Most fish evolved in freshwater

Science is always good for an awesomely counter-intuitive finding, and this one has to be the mother of them all. Despite the fact that life itself originally came from the sea, the same can't be said of the ocean's current occupants.

Stony Brook researchers Greta Vega and John Wiens have found that about 75% of all living fish species trace their evolutionary history back to freshwater sources, not saltwater ones. If you go back 170 million years — a time contemporaneous with the dinosaurs — the ancestors of most fish alive today had never even ventured into the ocean, instead restricting themselves to the rivers and lakes where they had first evolved about 300 million years ago.

The scientists say we can't be absolutely sure about what happened before that, but we know of some pretty famous examples of sea creatures that got their start in freshwater: dolphins and whales. These mammals most likely evolved from wolf-like creatures that at one point lived mostly, if not exclusively on land before beginning the slow evolutionary transition to a life at sea. The same might well be true for most fish.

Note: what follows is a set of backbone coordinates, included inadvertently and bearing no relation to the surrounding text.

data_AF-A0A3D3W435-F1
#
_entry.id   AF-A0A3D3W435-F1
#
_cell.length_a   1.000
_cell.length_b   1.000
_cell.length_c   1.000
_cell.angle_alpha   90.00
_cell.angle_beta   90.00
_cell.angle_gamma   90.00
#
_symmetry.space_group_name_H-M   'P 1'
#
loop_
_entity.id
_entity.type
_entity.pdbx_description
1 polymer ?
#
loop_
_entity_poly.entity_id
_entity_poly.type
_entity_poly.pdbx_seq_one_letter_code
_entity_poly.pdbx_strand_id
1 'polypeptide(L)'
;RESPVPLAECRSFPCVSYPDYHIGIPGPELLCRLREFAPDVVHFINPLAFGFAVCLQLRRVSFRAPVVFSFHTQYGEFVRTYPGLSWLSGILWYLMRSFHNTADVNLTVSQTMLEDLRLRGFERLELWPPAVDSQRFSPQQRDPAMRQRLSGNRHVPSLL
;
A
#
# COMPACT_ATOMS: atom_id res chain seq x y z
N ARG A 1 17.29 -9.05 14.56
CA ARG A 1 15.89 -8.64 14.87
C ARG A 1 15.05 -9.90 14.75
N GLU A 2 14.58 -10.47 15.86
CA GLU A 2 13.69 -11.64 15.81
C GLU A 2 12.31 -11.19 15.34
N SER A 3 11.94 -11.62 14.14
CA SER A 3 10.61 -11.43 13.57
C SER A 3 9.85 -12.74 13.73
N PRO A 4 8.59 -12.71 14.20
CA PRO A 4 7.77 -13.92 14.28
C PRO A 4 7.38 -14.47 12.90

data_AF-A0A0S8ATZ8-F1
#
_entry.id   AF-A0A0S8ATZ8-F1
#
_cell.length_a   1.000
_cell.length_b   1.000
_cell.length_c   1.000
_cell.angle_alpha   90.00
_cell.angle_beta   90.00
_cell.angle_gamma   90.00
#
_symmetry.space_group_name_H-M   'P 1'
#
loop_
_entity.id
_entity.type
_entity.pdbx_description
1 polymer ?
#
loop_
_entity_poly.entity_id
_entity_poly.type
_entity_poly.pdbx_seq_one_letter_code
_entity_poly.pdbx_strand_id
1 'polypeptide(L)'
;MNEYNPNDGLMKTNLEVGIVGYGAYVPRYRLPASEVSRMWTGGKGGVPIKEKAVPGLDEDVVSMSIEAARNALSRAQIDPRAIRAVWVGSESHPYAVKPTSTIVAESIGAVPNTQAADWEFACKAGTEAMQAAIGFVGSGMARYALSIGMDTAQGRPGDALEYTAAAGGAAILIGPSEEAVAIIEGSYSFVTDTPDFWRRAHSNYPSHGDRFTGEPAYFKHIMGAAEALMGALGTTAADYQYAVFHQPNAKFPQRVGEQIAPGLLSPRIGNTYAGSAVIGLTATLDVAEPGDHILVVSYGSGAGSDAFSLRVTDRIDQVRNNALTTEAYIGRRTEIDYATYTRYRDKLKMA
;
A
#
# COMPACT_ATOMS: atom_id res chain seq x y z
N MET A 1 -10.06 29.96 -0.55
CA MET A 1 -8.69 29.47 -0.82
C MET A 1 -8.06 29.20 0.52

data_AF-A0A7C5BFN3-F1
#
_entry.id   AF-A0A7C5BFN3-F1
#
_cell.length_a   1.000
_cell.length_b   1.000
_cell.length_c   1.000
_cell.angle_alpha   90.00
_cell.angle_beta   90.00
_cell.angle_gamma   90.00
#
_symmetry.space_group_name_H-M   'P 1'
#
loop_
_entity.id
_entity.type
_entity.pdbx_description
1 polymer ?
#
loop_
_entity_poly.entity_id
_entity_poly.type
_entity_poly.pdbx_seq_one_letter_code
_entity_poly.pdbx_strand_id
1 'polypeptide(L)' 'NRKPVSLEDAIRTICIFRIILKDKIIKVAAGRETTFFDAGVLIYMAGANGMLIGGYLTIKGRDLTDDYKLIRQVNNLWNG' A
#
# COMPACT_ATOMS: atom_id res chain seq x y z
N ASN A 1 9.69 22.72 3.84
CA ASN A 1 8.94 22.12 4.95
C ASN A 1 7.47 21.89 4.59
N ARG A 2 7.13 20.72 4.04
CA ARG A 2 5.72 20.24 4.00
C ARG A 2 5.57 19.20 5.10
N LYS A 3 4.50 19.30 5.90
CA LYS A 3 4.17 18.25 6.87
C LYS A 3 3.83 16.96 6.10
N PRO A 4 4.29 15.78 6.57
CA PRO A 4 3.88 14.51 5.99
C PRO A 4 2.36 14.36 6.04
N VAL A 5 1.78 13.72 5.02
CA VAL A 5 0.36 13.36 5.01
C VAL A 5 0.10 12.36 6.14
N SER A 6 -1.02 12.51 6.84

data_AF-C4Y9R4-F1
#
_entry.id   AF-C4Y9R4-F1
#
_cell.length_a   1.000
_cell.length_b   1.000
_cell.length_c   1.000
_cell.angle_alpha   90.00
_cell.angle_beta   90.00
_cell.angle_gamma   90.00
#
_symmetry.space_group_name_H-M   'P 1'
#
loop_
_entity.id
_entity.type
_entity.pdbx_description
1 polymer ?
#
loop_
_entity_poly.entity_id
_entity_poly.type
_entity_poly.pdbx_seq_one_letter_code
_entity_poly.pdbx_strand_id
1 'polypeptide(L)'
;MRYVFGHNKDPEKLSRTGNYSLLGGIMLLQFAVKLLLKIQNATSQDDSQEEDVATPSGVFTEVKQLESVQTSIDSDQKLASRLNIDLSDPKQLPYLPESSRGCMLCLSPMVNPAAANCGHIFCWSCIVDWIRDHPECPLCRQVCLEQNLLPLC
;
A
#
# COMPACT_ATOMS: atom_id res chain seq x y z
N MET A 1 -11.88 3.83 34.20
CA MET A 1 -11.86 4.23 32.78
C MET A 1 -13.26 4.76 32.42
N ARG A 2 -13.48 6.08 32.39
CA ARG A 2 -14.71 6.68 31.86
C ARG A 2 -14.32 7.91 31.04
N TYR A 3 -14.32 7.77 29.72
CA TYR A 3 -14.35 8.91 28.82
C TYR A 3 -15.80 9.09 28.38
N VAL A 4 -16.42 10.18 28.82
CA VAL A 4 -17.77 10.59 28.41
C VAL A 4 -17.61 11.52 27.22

If that's the case, then it raises the obvious question of where all the original sea creatures went. According to the researchers, mass extinctions likely played a role. We know extinction events like the Permian-Triassic event 250 million years ago killed up to 95% of all marine species, and generally the seas suffer the most in any mass extinction.

While life was all but wiped out in the ocean, the freshwater habitats might have proved more conducive to survival, allowing these one-time landlubber fish to survive and eventually repopulate the oceans, becoming the seas' new dominant form of life. Maybe this whole "living on land" thing really was just a huge mistake after all.

Via New Scientist. Image by NOAA.